I was playing in AC tournaments and my game was improving. On to the second area of training, PHYSICAL:
The vessel of my body — this fragile sack of blood, "essence" (see below), and melancholy humors — had to get up to competition-grade performance. Throughout the ages, much has been written about the interrelatedness of the mind and the body. Suburban moms who lift Volkswagens off pinned toddlers, for example. I'd be a fool to ignore the holistic reality. In Vegas, I'd be lifting metaphorical Kias and Hyundais left and right.
Like writing, poker involved a lot of sitting on your ass, but that didn't mean you weren't burning fuel. "Lex and I lost five pounds!" Helen informed me, referring to their last trip. The Main Event at the World Series of Poker ran seven days, each one a 12-hour series of jungle skirmishes with predators who wanted to rip your bones out of your skin. You had to be vigilant. You grab a bite when you can, the caloric intake going to power your game, your all-important table image, the mask of your poker identity: alternately representing strength and weakness, riding herd over tells, manufacturing ersatz tells, placing bait for traps, stealing and thieving blinds. Picking up chips. Putting down chips. It adds up.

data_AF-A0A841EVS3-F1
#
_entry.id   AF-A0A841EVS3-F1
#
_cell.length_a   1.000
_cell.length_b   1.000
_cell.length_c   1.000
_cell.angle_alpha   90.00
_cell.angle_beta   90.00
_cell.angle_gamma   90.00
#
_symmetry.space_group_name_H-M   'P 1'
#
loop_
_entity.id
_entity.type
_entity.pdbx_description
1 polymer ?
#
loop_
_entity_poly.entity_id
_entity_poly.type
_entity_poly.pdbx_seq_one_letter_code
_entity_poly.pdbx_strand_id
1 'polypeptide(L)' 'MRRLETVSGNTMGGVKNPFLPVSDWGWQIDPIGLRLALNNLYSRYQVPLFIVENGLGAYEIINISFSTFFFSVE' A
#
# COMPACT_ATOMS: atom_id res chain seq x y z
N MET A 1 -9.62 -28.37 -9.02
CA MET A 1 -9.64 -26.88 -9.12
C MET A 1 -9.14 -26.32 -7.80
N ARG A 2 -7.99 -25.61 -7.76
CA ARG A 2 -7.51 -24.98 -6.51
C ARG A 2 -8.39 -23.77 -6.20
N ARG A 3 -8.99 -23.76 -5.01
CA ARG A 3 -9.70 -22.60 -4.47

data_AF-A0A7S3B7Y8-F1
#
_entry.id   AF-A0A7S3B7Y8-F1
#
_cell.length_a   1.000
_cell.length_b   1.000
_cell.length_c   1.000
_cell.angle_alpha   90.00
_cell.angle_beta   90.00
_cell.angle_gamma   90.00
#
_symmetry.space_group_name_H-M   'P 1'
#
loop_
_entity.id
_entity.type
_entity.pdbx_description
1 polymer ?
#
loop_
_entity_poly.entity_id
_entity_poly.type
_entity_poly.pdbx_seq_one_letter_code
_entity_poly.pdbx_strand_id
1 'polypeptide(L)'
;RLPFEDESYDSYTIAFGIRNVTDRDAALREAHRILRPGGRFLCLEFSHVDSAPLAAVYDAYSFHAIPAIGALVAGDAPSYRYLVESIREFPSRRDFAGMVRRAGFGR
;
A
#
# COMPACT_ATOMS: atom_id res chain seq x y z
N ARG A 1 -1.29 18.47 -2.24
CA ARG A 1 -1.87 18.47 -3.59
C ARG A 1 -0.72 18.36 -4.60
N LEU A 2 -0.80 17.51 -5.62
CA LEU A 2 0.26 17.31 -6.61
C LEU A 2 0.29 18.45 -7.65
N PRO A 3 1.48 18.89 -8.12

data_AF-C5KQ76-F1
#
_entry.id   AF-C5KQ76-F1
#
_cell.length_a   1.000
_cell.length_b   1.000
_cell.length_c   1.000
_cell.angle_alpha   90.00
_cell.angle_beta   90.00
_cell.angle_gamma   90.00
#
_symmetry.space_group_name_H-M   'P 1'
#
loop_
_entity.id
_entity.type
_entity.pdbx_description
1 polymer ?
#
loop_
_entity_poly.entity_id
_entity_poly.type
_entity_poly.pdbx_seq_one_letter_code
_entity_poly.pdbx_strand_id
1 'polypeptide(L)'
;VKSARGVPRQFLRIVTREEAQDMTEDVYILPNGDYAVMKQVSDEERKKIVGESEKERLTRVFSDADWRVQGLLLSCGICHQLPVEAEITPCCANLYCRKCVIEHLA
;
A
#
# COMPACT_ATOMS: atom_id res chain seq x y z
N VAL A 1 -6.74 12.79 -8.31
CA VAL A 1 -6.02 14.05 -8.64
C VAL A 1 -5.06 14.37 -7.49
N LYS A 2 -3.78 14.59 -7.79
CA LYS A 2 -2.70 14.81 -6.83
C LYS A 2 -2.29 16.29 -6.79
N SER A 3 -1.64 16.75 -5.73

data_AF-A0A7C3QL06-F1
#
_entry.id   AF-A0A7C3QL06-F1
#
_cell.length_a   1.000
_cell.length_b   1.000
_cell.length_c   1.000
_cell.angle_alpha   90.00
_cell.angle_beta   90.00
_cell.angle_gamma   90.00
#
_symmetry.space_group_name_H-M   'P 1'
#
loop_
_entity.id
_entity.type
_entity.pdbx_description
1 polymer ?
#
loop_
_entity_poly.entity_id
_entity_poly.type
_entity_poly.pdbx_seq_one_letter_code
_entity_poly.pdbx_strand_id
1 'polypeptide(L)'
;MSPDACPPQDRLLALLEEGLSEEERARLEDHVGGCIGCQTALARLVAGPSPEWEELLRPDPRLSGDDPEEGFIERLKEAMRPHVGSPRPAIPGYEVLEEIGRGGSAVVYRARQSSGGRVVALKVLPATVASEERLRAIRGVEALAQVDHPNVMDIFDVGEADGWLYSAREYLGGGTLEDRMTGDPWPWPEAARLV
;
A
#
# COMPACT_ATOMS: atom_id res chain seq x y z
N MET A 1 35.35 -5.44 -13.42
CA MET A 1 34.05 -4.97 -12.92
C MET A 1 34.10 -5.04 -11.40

I was put in contact with Kim Albano, a licensed physical trainer and patient soul. In the business for more than a decade, she specialized in posture and core strengthening, Vinyasa yoga with a little Iyengar thrown in, Alexander Technique. I had been given yoga mats over the years as gifts, but the phrase "loose-fitting clothing" had always confounded me, conjuring visions of tunics or otherwise Jawa-type vestments, neither of which I owned. Opting for cargo shorts — whose multiple pockets I increasingly relied on to spare me the indignity of carrying a fanny-pack or man-bag — I met Kim at a space she sometimes used on Fourth Ave in Brooklyn. I described my assignment before we met, and she was amenable.
"I have to become a Living Poker Weapon in six weeks," I said.
"You mentioned 'Rocky-style' in your e-mail," she said.
"This might be a bit conceptual."